Designing – Communicating With Aesthetics And Logics

One thing is for certain, graphic design has to be developed from an action-oriented perspective in order to have a productive outcome. The designers who take an action-oriented approach to their work are able to identify their target audience more accurately, and they can also plan the design process in a manner that ensures maximum effectiveness. This type of designing will ensure that your message is communicated in an effective and efficient manner.


An action-centric perspective in the graphic design process is highly valuable because it gives designers a deeper understanding of what your product or service is for and enables them to set specific design goals. For example, if you are marketing a new product and would like to ensure that your potential buyers understand the primary benefits of your product before they purchase it, designers can utilize the activity-oriented perspective during the design process. The activity-oriented designer will take into consideration the past activities undertaken by your target audience, what your customers typically do when engaging with your products or services, and what kind of activities they might be likely to perform in order to achieve their desired goals. From this information, the designer can develop an activity-oriented layout that will make it easier for customers to comprehend the benefits of your product.

Another benefit of the activity-oriented perspective in the design process is that it provides designers with a greater degree of control over the final product. Most action oriented perspectives are predicated on the concept of “cyclical”, wherein a product is designed periodically to stay within a certain range of its functionality. This is beneficial for designers because it gives them the ability to make changes to the layout of the layouts at any time. With a rational model, however, the designer would only be able to make changes to the layout using tools that relate to how the particular product is used, such as functionality, convenience, or visual elements. Rational models also tend to be quite static, which limits the designers’ freedom when it comes to incorporating new ideas.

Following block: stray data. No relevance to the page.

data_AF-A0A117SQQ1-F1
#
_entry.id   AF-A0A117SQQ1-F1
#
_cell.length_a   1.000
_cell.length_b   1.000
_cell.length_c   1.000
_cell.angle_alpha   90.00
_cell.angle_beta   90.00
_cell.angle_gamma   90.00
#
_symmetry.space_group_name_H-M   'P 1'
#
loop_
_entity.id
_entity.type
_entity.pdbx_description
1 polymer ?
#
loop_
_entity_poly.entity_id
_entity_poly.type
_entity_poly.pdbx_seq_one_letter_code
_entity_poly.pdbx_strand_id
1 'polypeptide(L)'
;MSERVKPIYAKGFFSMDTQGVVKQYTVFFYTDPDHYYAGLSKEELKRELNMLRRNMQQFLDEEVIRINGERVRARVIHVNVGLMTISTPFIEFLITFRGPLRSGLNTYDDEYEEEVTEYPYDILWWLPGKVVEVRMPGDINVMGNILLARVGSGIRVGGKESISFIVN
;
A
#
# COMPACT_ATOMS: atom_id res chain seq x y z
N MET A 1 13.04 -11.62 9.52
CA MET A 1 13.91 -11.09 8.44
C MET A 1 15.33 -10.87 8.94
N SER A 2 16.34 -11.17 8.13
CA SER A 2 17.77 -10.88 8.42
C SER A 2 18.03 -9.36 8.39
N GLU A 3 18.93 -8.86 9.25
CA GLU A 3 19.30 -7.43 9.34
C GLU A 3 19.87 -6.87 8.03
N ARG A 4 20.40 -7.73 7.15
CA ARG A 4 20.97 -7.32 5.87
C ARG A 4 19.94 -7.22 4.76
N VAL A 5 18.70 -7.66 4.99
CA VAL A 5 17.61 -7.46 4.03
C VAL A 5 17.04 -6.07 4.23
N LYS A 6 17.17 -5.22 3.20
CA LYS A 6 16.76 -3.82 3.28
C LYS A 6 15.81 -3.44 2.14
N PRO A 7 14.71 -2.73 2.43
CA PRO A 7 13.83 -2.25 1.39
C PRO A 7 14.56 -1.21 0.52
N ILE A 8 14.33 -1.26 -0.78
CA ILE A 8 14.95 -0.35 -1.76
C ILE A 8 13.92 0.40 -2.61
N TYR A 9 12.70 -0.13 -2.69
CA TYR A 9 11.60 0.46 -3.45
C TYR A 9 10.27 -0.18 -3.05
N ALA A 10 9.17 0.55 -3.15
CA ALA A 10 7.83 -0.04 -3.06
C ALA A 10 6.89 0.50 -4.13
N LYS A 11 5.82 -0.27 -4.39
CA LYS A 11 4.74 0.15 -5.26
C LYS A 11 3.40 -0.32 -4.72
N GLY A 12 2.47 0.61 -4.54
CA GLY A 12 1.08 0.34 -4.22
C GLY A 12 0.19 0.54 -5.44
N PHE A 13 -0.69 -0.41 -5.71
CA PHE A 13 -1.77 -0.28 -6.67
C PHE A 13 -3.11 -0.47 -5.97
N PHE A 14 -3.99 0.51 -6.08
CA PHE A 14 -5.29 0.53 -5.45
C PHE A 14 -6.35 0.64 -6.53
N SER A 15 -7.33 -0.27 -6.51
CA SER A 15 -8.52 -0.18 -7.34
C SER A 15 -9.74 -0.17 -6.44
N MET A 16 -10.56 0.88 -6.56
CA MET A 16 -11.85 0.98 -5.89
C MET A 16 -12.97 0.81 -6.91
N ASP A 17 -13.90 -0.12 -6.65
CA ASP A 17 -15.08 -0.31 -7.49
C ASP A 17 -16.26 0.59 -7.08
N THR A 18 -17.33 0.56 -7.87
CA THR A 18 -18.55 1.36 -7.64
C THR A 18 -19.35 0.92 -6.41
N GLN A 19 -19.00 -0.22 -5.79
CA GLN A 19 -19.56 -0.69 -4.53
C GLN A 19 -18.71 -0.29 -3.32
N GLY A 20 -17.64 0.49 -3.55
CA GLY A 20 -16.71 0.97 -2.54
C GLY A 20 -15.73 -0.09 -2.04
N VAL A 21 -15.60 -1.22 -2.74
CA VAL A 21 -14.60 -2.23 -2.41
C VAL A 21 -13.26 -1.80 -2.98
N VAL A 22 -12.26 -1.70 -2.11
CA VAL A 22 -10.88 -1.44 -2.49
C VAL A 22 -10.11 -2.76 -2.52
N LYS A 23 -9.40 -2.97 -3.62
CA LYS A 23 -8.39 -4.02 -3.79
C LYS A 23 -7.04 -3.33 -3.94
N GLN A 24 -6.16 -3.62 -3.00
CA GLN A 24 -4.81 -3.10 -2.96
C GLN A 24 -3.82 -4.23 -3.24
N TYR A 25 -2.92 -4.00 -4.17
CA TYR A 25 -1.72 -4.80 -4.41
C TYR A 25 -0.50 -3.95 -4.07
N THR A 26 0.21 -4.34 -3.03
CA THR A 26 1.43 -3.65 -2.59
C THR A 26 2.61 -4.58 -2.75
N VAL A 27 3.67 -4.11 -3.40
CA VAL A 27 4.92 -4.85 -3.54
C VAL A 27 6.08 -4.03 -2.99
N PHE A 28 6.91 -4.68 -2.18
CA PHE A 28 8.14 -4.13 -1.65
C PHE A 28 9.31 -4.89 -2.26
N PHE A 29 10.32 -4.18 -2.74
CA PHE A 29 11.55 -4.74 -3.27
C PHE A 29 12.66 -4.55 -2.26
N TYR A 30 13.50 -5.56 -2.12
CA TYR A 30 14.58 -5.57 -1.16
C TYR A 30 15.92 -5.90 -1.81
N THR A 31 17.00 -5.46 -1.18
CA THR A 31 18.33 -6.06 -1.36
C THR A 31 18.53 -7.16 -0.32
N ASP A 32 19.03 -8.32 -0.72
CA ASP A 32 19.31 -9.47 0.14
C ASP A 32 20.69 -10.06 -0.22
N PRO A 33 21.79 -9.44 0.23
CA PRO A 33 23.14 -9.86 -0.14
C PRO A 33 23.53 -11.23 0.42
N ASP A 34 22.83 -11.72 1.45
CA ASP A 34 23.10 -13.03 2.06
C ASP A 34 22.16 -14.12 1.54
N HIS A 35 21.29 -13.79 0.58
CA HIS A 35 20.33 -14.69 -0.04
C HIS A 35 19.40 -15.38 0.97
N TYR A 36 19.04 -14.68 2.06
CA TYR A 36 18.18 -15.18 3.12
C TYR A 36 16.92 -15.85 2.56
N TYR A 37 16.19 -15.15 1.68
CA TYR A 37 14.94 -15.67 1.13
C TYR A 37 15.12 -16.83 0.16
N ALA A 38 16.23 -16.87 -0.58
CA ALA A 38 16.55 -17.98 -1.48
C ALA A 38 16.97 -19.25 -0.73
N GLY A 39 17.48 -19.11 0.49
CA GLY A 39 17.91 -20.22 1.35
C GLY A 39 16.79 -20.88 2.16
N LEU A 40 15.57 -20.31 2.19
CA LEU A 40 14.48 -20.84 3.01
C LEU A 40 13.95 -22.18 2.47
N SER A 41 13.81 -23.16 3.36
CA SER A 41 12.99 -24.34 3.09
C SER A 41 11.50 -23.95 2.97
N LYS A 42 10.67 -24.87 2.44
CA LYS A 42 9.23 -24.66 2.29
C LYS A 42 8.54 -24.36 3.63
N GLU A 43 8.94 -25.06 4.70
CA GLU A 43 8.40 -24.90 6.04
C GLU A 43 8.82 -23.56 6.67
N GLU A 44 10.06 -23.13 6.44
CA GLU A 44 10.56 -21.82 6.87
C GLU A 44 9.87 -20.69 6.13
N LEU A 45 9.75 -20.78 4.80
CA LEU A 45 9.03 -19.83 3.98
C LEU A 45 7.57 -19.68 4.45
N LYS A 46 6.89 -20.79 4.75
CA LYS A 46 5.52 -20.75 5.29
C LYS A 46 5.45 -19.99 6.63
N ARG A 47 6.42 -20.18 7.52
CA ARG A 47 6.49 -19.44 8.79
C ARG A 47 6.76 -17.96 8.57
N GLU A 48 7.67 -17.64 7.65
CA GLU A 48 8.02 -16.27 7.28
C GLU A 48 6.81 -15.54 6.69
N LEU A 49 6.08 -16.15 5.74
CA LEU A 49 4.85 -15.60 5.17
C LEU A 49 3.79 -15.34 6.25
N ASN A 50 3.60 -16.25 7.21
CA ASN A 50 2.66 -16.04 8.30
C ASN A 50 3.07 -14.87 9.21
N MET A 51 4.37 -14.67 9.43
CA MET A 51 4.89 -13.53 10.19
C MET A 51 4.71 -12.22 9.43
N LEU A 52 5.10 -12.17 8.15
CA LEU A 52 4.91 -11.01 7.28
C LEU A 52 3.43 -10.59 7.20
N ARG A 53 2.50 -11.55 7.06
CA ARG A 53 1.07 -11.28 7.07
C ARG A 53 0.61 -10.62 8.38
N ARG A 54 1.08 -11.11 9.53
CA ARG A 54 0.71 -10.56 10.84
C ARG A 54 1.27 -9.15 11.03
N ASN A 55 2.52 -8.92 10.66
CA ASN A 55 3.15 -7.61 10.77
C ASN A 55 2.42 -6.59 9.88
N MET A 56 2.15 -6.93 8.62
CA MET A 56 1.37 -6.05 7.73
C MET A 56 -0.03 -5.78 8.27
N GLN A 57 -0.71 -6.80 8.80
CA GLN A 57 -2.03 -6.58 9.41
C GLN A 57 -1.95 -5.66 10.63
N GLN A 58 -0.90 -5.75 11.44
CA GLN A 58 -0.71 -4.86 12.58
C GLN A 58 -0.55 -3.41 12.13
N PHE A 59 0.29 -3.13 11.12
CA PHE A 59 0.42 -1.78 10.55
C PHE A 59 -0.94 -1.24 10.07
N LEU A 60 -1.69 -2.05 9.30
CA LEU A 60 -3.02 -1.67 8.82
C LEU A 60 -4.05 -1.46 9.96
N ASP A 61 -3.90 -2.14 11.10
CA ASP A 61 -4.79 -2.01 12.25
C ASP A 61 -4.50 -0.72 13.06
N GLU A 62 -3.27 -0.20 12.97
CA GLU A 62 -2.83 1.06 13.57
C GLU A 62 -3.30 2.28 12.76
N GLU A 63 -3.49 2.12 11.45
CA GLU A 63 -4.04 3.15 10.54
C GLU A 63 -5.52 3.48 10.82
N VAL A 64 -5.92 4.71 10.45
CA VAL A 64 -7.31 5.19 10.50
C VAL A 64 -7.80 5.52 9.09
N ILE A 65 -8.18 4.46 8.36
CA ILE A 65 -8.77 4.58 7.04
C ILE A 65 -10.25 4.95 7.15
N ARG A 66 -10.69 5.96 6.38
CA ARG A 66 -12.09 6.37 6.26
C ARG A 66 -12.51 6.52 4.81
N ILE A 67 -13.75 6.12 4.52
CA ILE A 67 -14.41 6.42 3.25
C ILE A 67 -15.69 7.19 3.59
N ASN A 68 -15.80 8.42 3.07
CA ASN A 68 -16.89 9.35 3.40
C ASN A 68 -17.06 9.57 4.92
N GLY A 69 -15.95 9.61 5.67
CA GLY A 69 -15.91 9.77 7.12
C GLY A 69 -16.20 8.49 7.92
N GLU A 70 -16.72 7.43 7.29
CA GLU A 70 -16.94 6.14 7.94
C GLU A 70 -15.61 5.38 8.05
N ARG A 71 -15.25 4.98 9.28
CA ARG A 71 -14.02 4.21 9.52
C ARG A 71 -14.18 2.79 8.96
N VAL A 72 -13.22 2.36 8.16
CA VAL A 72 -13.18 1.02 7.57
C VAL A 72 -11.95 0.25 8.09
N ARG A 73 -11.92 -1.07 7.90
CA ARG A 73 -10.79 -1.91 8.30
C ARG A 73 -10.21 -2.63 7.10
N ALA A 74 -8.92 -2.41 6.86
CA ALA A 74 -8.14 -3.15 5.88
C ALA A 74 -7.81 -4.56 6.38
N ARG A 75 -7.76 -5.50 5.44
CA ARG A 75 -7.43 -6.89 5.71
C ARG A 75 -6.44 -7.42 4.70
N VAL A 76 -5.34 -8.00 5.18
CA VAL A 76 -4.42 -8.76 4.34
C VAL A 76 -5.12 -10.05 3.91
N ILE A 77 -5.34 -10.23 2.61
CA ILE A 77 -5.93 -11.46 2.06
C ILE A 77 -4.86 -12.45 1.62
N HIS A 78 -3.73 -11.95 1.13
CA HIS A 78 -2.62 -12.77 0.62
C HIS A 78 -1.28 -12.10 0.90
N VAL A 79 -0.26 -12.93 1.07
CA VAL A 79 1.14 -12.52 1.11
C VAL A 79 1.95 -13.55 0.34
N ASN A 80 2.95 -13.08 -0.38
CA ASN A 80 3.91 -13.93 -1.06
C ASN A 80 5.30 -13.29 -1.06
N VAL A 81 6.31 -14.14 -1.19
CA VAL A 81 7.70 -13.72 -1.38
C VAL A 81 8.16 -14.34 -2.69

The rational model of product design usually requires some form of collaboration between various disciplines, such as art, engineering, marketing, and so forth. These disciplines must come up with an approach that will best solve the user’s problem-solving problems while still remaining within the designated budget. Often this means having several different groups weigh in on the solution. The result is a sort of all-inclusive solution that addresses users’ most pressing needs within the designated period of time. The result is often a better product, because fewer problems are left unaddressed, and more problems are solved quickly.

However, the problem-solving aspect of product design may actually conflict with the aesthetic side of the designer’s mind. If a designer works within a rigid formalism, he or she may fail to consider the aesthetics as an important factor in designing. Under these conditions, the designer will simply use too much detail in the design, resulting in the creation of excessively gaudy designs. On the other hand, the product designer who believes in using simplicity, will create overly simple designs. Thus, these two conflicting points of view can cause serious communication problems between the two sides of the designer/dealer relationship.

Many practitioners of applied arts believe that there is a huge difference between the aesthetic and logical approach when it comes to designing. Some of them believe that both sides of the designer/dealer relationship need to complement each other if good design results. Others believe that a logical product design should always run parallel to its aesthetic counterpart, and that they should never be seen as separate entities. This second school of thought believes that it is only through the proper execution of a logical product design that any aesthetic value is derived. In this way, the logical/applied arts school teaches us that both sides of the relationship need to be equally strong if we want good design solutions.